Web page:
Wellness Workshop with Alejandro Chaoul, PhDat 2001 Ross Ave Suite 3550 - Crow Collection of Asian Art Offices on the 35th Floor of Trammell Crow Center
Between texts, emails, and to-do lists, it’s hard to stop and take care of yourself. Do you ever notice a need to stop and breathe? Do you do it? Join Alejandro Chaoul, an assistant professor and Director of Education, Integrative Medicine Program, Department of Palliative, Rehabilitation and Integrative Medicine at The University of Texas M.D. Anderson Cancer Center, and learn to find your center in the midst of chaos. In this workshop, you will practice simple techniques that can be used as “meditation pills” to bring calm and connection to yourself and others, even on the most hectic days.
Free two-hour parking validation for Friends of the Crow Collection, please bring your parking ticket to the workshop.
This wellness workshop is currently full!
Stay tuned for more opportunities like this coming soon.
BIO: Alejandro Chaoul is an assistant professor and Director of Education, Integrative Medicine Program, Department of Palliative, Rehabilitation and Integrative Medicine at The University of Texas M.D. Anderson Cancer Center. Since 1999, he conducts research using mind-body techniques with cancer patients, holds group meditation classes for cancer patients and their support system, has a meditation clinic consultation as part of the Integrative Medicine Center, and directs the education programs. He is also an associate faculty member at The McGovern Center for Humanities and Ethics, where he teaches medical students in the areas of spirituality, complementary and integrative medicine, and end of life care.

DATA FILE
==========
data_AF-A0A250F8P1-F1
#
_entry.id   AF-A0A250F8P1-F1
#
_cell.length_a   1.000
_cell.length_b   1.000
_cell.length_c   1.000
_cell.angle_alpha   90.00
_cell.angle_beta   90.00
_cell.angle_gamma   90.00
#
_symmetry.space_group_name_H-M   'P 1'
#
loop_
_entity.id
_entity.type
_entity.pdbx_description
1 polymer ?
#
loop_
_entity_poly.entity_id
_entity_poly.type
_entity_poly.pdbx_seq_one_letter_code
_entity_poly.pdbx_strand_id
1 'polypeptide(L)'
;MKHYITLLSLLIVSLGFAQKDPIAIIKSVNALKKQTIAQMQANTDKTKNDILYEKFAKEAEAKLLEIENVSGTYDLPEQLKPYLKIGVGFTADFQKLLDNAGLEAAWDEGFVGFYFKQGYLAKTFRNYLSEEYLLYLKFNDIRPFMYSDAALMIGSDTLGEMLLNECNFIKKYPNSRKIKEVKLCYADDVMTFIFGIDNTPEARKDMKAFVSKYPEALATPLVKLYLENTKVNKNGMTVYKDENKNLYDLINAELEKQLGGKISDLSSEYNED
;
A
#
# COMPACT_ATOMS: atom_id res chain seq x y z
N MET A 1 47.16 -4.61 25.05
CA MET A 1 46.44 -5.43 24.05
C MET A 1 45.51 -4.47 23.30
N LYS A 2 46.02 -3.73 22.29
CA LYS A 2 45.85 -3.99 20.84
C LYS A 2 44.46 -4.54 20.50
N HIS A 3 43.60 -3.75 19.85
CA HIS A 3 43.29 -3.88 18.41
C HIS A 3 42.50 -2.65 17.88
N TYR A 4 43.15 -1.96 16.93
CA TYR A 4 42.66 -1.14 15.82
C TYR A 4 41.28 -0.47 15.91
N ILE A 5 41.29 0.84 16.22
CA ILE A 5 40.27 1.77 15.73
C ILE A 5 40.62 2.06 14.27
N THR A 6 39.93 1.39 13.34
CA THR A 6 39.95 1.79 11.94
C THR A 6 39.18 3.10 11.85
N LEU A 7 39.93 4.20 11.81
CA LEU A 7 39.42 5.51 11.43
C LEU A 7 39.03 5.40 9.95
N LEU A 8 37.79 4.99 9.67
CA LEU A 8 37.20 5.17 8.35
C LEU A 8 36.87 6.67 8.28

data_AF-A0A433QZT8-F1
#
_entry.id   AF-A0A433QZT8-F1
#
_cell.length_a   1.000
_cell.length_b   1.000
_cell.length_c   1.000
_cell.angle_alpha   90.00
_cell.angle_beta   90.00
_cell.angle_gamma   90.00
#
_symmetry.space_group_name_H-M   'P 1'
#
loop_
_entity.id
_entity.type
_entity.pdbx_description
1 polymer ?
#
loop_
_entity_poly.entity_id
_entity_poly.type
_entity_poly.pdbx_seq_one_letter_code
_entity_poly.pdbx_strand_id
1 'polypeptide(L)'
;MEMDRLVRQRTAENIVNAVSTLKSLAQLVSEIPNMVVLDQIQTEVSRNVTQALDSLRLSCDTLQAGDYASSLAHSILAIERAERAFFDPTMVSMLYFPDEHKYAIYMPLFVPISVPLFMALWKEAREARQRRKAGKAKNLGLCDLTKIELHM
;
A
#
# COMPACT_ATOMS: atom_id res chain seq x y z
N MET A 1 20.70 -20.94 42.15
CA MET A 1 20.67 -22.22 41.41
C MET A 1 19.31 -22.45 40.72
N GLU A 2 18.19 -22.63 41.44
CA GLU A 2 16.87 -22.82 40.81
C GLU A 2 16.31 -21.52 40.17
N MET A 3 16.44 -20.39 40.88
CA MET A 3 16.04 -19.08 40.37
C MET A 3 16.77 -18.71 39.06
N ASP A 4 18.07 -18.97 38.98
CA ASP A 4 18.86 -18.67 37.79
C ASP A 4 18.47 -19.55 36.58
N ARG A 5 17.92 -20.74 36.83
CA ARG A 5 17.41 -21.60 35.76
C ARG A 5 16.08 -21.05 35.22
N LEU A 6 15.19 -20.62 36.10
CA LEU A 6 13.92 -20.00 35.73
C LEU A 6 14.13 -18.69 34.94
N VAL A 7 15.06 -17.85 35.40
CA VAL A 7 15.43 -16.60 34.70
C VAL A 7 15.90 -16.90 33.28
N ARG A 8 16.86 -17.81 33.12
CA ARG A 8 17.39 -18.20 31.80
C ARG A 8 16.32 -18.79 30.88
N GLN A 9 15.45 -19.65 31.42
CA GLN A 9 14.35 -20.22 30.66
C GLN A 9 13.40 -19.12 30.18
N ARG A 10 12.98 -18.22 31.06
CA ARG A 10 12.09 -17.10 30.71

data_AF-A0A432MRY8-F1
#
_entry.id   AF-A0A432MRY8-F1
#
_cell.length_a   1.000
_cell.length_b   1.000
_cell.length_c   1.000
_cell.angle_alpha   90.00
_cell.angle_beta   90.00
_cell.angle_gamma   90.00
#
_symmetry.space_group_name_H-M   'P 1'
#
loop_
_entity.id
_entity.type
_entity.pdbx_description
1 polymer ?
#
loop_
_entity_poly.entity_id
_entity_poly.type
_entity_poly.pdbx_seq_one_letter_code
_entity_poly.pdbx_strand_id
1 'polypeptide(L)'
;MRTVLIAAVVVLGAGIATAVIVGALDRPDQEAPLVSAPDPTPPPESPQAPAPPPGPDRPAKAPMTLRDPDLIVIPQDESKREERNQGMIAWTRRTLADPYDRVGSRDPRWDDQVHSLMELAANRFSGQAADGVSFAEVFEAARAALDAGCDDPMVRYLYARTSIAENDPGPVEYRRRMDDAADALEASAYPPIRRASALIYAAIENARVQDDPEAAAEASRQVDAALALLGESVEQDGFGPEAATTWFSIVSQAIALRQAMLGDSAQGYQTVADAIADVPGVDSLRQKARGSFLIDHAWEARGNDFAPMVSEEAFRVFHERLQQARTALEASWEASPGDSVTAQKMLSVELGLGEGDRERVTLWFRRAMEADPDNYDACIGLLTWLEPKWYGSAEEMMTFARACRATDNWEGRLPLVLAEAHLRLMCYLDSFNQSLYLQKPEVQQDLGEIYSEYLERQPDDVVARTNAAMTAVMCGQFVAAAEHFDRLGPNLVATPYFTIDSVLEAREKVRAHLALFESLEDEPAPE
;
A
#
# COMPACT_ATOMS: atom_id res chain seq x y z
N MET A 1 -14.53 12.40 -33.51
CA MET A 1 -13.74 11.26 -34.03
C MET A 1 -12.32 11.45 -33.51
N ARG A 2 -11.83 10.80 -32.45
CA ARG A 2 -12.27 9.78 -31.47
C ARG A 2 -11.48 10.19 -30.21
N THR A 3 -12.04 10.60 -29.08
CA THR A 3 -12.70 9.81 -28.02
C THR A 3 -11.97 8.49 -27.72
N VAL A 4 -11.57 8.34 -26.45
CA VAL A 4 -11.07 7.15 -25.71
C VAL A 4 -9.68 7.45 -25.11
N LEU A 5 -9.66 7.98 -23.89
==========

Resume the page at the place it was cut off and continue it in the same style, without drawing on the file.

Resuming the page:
Alejandro has taught at Rice University, the University of Houston and the Jung Center of Houston, where he recently established the Mind, Body, Spirit Institute. In addition, he collaborates in the area of interfaith and contemplative practices at The Rothko Chapel and the Boniuk Center for Religious Tolerance at Rice University. Since 1995, he has been teaching Tibetan meditation and Tibetan yogic practices under the auspices of the Ligmincha Institute in various parts of the U.S.A., Latin America and Europe.
His research and publications focus on mind-body practices in integrative care, examining how these practices can reduce chronic stress, anxiety, and sleep disorders and improve quality of life. He is the author of “Chod Practice in the Bon Tradition” (SnowLion, 2009) and has also published in the area of religion and medicine, medical anthropology and the interface of spirituality and healing. His upcoming book is Tibetan Yoga for Health and Wellbeing (Hay House, 2018) and he has recently been recognized as a Fellow at the Mind & Life Institute.